The Aerospace technology company Lunar Outpost, is partnering with Moon Mark, to deploy two racing rovers to the lunar surface in 2021, complete with high-resolution video for viewing back on Earth.
Moon Mark, a Nevada-based entertainment and education company, is eyeing a flight on board the Intuitive Machines Nova-C lander, which is due to launch atop a SpaceX Falcon 9 rocket next year, as a means to deploy the rovers.
Based in Colorado, Lunar Outpost says it will utilise its extensive experience gained from the development of its commercial resource-prospecting lunar rover – the Mobile Autonomous Prospecting Platform (MAPP) – to build two of the “fastest vehicles ever landed on the lunar surface”.
Once on the lunar surface, the racers will do battle on a pre-determined racetrack and relay high-definition footage of the event back to Earth, say Lunar Outpost.
“No, this isn’t the premise of a science fiction movie. It’s happening. Soon,” say the company on their website.
The final design of the moon racers will be selected from proposals submitted by a winning team of school children, who have been participating in a world-wide competition sponsored by Moon Mark.
After battling it out for eight weeks, teams have been whittled down to a final six (each with five team members) and from these remaining groups, two will be selected to race on the moon.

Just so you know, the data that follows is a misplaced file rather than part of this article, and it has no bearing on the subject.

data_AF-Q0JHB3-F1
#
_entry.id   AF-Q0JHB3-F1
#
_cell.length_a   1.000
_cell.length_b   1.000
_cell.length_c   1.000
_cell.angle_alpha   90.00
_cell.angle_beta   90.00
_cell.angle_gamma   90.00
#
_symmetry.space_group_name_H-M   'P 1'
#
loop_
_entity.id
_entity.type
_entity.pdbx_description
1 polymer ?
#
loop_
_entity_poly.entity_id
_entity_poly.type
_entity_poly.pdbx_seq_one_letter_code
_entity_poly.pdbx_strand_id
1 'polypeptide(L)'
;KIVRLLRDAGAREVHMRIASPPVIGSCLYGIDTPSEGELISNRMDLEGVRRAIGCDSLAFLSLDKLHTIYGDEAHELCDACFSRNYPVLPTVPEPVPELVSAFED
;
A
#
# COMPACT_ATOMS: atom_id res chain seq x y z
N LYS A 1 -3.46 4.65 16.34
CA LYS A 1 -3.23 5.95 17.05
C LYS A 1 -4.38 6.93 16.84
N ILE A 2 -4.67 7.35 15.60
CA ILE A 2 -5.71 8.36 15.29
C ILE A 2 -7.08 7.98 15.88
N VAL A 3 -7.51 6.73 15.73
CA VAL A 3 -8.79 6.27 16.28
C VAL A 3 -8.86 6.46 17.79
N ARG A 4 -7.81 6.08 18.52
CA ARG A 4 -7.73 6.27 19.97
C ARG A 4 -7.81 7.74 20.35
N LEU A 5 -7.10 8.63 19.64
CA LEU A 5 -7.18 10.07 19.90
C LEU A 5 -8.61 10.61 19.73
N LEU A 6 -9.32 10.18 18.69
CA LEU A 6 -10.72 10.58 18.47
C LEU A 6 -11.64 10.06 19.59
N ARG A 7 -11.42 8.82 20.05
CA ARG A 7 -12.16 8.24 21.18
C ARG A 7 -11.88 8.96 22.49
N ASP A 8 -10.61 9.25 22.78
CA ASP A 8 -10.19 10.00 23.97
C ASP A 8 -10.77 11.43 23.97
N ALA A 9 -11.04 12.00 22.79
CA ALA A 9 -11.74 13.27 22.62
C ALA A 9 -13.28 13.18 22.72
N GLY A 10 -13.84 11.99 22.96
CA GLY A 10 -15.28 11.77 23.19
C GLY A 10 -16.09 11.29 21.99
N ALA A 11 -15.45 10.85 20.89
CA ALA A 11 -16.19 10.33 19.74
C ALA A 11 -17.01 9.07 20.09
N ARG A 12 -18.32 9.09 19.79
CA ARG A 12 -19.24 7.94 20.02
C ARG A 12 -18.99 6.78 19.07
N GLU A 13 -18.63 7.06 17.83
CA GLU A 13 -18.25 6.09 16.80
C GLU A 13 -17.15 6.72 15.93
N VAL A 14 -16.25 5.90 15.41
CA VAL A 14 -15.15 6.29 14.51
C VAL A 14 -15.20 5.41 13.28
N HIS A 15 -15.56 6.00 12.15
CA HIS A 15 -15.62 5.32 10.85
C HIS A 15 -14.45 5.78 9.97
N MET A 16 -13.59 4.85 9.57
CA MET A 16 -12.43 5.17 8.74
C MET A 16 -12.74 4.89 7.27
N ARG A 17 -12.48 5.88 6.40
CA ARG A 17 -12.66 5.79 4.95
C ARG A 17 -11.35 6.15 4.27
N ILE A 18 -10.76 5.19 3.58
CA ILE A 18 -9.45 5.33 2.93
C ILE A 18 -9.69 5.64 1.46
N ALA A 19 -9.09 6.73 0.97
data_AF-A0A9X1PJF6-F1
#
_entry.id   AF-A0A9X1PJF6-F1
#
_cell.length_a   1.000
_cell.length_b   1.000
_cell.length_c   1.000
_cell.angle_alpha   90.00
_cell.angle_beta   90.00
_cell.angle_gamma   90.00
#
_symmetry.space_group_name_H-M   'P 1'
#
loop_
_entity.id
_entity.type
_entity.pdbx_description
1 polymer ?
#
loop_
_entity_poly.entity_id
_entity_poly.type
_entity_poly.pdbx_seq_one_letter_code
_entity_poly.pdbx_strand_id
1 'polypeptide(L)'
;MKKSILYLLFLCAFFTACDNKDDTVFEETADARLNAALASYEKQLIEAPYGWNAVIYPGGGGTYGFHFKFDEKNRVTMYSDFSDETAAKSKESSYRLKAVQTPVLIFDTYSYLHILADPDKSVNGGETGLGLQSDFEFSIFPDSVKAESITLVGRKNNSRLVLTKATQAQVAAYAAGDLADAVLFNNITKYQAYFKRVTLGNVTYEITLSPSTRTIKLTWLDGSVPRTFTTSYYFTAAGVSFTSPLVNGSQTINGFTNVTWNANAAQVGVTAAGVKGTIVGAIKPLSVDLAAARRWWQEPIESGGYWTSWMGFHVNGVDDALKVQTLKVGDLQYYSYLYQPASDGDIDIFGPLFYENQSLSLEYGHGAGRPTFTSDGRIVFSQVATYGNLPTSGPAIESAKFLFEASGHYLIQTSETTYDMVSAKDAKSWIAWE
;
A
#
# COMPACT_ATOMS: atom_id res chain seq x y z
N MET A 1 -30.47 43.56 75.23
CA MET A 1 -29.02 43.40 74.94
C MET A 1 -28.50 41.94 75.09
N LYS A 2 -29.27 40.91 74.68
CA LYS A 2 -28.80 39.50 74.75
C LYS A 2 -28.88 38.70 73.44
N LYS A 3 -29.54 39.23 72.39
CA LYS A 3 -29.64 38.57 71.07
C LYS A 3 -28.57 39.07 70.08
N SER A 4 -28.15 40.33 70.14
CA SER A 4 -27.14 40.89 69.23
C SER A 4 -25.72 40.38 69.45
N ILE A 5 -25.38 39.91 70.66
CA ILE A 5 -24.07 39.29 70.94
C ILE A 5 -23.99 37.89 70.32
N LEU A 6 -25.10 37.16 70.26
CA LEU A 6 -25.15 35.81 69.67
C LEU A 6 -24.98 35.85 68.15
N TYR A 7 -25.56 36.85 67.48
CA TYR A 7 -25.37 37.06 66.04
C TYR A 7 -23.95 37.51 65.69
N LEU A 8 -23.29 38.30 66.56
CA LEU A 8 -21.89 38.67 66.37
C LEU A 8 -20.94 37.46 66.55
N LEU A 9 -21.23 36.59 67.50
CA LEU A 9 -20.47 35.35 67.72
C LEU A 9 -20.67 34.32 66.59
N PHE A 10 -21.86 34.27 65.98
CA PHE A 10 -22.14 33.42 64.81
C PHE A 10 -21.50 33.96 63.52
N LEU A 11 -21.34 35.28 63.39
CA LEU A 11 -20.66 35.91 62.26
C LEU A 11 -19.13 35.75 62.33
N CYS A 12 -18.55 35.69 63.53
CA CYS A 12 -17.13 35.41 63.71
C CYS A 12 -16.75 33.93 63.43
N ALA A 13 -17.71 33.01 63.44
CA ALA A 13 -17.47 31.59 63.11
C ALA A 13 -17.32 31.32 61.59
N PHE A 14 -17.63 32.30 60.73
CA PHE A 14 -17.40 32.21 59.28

“Moon Mark’s mission of getting young people involved in aerospace and working toward utilising space for the betterment of humanity is something that resonates with us,” said Justin Cyrus, Co-Founder and CEO of Lunar Outpost in a press release last month. “We look forward to enabling racers on the Moon and being a part of the journey to bring space to the world.”
Earlier this month Lunar Outpost became one of four firms awarded contracts by NASA to retrieve material from the lunar surface for the US space agency.
Nasa is paying the Colorado-based company $1 (£0.74), a sum proposed by Lunar Outpost, to collect a small sample of lunar regolith, which the company will collect with its Mobile Autonomous Prospecting Platform, or MAPP. The samples will then be sold directly to NASA in a first of its kind transaction.
Other winning bidders, Ispace Japan and Europe are charging NASA $5,000 for collecting moon samples, whereas Masten Space Systems of California is asking for $15,000.
"The companies will collect the samples and then provide us with visual evidence and other data that they've been collected," a spokesman for Nasa said in a statement.
Ownership of the material will transfer to the space agency after the contract has been fulfilled.